Check out these articles for more data security best practices
EMV Technology Impacts Netflix’s Q3 Earnings
Since the United States made the switch to EMV (EuroPay, Mastercard and Visa) chip technology in October, some companies are beginning to report unexpected side effects – sluggish growth in the third quarter. A recent story from Patrick Kulp on Mashable, a global media company, reported that Netflix’s lack-luster third quarter earnings may be directly linked to the new technology.
Why? Because, according to Kulp, “[many] Netflix users may not want to go through the hassle of updating their payment records, and some may even use the switch as an excuse to bail on the service. As a result, the company can’t collect their fees.” Now, as third quarter earnings continue to roll in, business analysts are beginning to speculate as to what this means for businesses hoping to finish the year on a high note.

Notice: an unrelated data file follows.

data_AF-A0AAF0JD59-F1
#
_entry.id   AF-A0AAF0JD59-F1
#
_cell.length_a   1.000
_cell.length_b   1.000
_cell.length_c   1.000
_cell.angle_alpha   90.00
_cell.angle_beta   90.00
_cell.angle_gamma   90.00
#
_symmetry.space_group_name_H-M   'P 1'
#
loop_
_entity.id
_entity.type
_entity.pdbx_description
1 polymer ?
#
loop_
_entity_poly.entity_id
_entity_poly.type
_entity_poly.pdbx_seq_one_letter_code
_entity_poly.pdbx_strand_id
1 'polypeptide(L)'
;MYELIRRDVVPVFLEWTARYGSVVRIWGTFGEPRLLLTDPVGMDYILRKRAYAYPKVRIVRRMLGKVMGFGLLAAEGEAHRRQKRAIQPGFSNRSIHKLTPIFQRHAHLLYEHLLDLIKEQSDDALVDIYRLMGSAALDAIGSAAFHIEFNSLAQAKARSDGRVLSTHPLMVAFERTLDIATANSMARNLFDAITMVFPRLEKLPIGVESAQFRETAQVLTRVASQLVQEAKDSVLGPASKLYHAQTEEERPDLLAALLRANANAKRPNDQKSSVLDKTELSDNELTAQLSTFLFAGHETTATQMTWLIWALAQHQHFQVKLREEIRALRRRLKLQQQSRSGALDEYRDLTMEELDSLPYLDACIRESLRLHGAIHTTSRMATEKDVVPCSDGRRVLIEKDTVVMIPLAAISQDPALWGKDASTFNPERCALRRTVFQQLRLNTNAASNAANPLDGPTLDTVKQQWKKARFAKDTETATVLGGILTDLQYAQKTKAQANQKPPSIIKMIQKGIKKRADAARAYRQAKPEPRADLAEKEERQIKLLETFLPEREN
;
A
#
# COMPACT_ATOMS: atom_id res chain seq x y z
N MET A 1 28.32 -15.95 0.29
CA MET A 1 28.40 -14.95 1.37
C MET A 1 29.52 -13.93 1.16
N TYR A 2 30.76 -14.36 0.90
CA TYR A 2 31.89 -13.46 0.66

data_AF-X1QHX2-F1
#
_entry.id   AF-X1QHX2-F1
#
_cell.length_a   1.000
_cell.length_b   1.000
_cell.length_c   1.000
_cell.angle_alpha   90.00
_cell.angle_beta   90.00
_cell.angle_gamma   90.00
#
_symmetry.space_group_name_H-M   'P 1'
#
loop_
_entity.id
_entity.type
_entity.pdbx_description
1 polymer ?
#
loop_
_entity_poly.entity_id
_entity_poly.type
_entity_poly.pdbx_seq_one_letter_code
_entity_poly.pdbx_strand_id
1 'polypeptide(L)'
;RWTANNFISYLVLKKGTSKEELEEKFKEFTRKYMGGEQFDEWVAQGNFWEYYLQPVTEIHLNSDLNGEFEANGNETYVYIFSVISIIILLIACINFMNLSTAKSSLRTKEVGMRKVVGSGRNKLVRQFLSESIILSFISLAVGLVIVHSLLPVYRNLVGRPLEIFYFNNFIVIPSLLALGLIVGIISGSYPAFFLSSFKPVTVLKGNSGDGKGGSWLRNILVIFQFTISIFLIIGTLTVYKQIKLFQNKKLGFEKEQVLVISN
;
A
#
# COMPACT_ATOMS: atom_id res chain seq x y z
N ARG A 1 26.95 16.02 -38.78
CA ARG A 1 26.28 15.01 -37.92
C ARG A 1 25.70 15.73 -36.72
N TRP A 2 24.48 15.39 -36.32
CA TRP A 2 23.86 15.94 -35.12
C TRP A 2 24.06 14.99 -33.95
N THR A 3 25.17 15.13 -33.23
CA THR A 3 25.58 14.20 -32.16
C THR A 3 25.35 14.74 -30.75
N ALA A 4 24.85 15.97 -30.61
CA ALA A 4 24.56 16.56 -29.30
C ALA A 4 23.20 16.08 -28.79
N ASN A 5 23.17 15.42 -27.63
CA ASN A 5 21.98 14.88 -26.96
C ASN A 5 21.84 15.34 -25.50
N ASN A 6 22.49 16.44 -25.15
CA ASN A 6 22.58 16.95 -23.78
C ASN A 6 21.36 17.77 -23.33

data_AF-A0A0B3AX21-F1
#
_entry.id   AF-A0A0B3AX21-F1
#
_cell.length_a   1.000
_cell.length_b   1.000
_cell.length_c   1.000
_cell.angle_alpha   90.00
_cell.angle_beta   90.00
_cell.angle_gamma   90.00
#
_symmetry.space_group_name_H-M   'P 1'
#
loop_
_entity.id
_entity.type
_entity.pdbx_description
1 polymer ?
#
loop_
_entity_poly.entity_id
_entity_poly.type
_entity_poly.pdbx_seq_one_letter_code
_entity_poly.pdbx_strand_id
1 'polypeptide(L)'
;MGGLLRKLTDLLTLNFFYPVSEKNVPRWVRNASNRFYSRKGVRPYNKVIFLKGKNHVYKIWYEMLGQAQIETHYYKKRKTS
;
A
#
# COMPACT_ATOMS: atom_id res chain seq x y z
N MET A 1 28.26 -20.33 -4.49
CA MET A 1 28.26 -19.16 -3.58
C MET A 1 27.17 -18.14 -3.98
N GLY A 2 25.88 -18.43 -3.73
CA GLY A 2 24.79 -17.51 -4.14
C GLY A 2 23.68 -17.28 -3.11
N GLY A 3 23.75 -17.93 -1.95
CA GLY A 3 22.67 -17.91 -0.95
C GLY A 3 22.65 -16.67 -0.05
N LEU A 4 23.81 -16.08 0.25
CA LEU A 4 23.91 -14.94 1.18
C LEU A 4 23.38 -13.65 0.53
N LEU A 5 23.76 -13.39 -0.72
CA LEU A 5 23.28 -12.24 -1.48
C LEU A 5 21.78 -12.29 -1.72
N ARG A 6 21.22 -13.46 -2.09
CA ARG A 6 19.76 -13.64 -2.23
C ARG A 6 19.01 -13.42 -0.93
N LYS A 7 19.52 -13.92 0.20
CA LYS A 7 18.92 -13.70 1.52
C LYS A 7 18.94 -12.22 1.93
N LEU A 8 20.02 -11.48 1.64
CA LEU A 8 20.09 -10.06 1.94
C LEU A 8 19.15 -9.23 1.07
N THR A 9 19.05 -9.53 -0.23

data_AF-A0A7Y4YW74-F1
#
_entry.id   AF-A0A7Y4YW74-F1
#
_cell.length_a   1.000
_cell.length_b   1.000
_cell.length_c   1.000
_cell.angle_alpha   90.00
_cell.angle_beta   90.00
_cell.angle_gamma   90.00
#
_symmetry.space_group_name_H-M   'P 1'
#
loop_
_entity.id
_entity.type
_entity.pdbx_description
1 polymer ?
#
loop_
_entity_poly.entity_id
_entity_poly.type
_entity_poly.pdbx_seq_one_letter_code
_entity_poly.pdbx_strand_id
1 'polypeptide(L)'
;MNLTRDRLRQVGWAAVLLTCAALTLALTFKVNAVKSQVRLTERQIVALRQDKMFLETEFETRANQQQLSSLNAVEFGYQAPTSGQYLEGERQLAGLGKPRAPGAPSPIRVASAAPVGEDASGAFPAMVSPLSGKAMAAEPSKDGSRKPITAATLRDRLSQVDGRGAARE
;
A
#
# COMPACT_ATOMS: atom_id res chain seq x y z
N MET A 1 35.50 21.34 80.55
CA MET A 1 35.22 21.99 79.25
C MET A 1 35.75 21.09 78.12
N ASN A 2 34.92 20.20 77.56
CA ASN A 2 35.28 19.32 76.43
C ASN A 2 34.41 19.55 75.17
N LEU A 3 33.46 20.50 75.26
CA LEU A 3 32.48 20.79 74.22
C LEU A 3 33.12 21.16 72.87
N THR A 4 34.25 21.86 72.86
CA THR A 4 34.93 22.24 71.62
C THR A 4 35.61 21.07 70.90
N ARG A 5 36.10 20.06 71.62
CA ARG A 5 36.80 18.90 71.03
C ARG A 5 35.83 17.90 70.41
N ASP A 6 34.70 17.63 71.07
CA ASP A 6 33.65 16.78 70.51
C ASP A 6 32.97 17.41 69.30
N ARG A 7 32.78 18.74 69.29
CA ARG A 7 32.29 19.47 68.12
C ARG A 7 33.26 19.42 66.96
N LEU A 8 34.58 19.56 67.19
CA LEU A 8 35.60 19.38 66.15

Why Was EMV Implemented?
In September, I provided insight into the reasoning behind the new chip-based technology, which pointed to the increasing number of credit card breaches as the reasoning behind the change. Over the years millions of credit card numbers and associated data have been stolen, leaving the credit card industry on the hook for the fraudulent transactions. In an effort to transfer liability from payment card companies to individual businesses, while providing greater protection to users against credit card fraud, the PCI Security Council supported the addition of EMV chip technology to the existing PCI (Payment Card Industry) Security Requirements.
The ultimate goal of EMV is to stop and prevent further fraudulent activity. Success has already been noted in countries outside the U.S. “Currently, almost half of the world’s credit card fraud happens in the U.S. where magnetic stripe technology is the standard,” stated David Navetta and Susan Ross in a blog on Data Protection Report. “Outside the U.S., an estimated 40 percent of the world’s cards and 70 percent of the terminals already use the EMV technology. These countries are reporting significantly lower counterfeit fraud levels with EMV cards than with the magnetic stripe cards.”